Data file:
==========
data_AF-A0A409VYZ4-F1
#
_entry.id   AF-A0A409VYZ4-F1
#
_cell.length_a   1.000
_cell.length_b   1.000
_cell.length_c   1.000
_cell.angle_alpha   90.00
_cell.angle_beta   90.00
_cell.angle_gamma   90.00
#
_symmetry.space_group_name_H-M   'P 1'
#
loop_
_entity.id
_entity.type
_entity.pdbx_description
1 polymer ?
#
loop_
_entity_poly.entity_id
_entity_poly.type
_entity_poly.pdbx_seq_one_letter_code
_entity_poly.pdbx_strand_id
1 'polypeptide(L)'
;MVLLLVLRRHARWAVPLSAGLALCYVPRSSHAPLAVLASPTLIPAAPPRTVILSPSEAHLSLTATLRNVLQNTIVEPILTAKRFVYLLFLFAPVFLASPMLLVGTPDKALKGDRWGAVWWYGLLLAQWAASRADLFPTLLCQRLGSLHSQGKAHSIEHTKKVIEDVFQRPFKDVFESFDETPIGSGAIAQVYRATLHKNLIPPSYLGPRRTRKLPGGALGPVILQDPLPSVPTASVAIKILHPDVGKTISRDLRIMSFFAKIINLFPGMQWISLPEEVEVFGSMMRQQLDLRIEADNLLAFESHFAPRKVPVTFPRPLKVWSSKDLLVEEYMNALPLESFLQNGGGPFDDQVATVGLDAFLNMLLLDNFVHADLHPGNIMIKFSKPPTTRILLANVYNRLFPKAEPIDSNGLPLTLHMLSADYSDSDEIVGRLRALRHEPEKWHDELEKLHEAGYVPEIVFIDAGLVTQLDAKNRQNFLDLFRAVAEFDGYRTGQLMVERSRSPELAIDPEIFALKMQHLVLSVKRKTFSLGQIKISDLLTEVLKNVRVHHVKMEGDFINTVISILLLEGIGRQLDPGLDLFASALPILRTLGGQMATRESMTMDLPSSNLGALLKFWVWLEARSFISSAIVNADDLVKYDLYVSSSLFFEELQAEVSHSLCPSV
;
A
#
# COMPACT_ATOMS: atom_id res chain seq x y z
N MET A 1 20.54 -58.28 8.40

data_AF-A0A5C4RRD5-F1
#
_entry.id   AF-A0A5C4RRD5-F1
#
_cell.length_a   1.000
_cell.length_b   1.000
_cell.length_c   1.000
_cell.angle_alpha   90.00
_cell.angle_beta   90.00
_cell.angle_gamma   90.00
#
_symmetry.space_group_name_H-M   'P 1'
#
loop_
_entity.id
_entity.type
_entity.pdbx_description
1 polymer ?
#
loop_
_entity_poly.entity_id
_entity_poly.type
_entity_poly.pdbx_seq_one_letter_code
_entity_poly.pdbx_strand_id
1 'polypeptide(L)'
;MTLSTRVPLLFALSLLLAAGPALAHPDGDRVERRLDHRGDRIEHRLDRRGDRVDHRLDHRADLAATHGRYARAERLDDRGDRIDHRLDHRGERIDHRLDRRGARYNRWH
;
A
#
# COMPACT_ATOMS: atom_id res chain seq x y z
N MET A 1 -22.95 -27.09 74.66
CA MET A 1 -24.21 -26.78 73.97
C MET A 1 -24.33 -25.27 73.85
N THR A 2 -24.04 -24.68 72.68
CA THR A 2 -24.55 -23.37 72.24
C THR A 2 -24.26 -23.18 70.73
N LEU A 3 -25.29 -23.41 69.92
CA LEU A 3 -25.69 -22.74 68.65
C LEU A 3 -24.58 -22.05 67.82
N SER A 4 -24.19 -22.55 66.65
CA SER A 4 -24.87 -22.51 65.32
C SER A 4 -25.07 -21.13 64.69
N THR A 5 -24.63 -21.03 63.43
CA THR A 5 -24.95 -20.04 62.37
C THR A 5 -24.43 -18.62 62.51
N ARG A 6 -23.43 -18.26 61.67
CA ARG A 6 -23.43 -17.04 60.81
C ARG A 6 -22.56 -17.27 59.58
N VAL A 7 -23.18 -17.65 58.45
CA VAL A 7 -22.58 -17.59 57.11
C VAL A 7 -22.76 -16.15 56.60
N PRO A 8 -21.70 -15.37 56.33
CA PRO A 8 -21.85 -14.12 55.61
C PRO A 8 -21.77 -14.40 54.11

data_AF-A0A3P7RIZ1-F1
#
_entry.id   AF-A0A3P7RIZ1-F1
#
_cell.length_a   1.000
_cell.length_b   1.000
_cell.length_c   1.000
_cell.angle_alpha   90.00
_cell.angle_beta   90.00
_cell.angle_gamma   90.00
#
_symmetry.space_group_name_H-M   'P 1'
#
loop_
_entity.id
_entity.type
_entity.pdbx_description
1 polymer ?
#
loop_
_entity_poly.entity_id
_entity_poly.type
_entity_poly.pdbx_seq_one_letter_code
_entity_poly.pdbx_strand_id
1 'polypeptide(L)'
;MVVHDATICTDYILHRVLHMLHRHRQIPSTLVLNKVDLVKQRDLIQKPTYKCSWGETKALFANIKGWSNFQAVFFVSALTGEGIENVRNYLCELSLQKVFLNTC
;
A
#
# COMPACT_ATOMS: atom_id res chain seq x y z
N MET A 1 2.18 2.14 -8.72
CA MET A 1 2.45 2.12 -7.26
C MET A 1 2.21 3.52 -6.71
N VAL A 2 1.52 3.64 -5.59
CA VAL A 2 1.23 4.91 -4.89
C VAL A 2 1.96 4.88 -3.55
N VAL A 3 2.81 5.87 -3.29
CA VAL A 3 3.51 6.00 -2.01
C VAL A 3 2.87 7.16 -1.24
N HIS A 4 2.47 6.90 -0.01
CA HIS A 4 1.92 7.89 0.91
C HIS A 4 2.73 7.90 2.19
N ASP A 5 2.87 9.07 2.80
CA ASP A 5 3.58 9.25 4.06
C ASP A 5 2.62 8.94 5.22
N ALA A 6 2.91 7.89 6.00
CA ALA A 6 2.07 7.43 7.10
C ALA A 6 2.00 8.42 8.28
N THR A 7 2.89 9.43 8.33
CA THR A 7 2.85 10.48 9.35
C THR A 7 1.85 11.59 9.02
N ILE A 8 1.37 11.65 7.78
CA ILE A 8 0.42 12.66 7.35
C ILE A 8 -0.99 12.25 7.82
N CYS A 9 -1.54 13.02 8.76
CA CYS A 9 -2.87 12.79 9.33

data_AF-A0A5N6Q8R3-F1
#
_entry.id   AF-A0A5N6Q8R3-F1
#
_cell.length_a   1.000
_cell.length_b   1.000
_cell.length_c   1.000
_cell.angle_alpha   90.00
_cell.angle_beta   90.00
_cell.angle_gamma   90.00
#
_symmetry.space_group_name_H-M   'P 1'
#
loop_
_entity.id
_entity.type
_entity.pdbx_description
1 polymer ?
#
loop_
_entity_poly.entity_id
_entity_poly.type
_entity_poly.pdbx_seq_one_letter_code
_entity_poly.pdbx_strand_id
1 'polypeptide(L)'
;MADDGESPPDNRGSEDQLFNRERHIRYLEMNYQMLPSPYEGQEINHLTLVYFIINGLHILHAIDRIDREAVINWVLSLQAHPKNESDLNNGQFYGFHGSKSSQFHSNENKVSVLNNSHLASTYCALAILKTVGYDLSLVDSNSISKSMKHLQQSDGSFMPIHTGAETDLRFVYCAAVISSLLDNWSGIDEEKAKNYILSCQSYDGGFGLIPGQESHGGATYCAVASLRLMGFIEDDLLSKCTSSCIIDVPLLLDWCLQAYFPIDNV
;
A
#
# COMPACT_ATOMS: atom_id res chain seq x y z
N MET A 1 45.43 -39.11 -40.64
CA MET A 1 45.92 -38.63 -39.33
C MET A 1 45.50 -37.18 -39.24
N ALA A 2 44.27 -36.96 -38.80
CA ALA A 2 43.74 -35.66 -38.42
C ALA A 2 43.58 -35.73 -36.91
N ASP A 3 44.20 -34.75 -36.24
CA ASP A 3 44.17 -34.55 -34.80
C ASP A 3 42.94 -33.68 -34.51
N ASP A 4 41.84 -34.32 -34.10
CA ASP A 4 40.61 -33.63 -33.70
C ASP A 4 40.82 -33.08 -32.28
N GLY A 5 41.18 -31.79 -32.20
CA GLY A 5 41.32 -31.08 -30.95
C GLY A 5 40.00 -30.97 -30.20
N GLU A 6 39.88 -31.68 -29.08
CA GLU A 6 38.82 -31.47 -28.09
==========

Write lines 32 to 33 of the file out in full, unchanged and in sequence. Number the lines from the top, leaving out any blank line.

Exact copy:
data_AF-A0A5C4RRD5-F1
#